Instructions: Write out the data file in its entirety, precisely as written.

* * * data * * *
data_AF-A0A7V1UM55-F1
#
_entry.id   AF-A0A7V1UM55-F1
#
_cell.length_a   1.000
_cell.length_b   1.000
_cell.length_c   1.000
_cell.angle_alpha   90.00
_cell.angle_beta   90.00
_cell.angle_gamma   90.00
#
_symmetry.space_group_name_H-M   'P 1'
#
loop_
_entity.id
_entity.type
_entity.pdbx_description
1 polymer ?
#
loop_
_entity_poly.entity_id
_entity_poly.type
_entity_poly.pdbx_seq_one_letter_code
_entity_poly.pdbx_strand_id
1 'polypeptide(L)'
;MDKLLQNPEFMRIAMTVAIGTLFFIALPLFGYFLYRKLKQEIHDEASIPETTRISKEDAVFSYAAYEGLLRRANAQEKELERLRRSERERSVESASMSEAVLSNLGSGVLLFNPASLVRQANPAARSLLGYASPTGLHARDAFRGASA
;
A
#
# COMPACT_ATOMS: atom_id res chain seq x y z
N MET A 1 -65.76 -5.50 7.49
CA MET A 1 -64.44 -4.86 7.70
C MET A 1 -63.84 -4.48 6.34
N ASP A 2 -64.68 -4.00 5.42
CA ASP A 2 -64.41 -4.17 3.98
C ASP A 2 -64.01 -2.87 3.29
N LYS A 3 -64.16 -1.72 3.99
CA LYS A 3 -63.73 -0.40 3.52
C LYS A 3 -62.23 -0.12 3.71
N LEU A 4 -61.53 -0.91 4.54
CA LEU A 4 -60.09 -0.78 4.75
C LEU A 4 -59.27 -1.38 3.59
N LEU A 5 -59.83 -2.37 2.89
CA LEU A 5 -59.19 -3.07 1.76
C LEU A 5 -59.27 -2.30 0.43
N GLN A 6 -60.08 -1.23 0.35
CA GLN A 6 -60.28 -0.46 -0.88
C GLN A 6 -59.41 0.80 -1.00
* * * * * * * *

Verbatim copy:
data_AF-A0A7V1UM55-F1
#
_entry.id   AF-A0A7V1UM55-F1
#
_cell.length_a   1.000
_cell.length_b   1.000
_cell.length_c   1.000
_cell.angle_alpha   90.00
_cell.angle_beta   90.00
_cell.angle_gamma   90.00
#
_symmetry.space_group_name_H-M   'P 1'
#
loop_
_entity.id
_entity.type
_entity.pdbx_description
1 polymer ?
#
loop_
_entity_poly.entity_id
_entity_poly.type
_entity_poly.pdbx_seq_one_letter_code
_entity_poly.pdbx_strand_id
1 'polypeptide(L)'
;MDKLLQNPEFMRIAMTVAIGTLFFIALPLFGYFLYRKLKQEIHDEASIPETTRISKEDAVFSYAAYEGLLRRANAQEKELERLRRSERERSVESASMSEAVLSNLGSGVLLFNPASLVRQANPAARSLLGYASPTGLHARDAFRGASA
;
A
#
# COMPACT_ATOMS: atom_id res chain seq x y z
N MET A 1 -65.76 -5.50 7.49
CA MET A 1 -64.44 -4.86 7.70
C MET A 1 -63.84 -4.48 6.34
N ASP A 2 -64.68 -4.00 5.42
CA ASP A 2 -64.41 -4.17 3.98
C ASP A 2 -64.01 -2.87 3.29
N LYS A 3 -64.16 -1.72 3.99
CA LYS A 3 -63.73 -0.40 3.52
C LYS A 3 -62.23 -0.12 3.71
N LEU A 4 -61.53 -0.91 4.54
CA LEU A 4 -60.09 -0.78 4.75
C LEU A 4 -59.27 -1.38 3.59
N LEU A 5 -59.83 -2.37 2.89
CA LEU A 5 -59.19 -3.07 1.76
C LEU A 5 -59.27 -2.30 0.43
N GLN A 6 -60.08 -1.23 0.35
CA GLN A 6 -60.28 -0.46 -0.88
C GLN A 6 -59.41 0.80 -1.00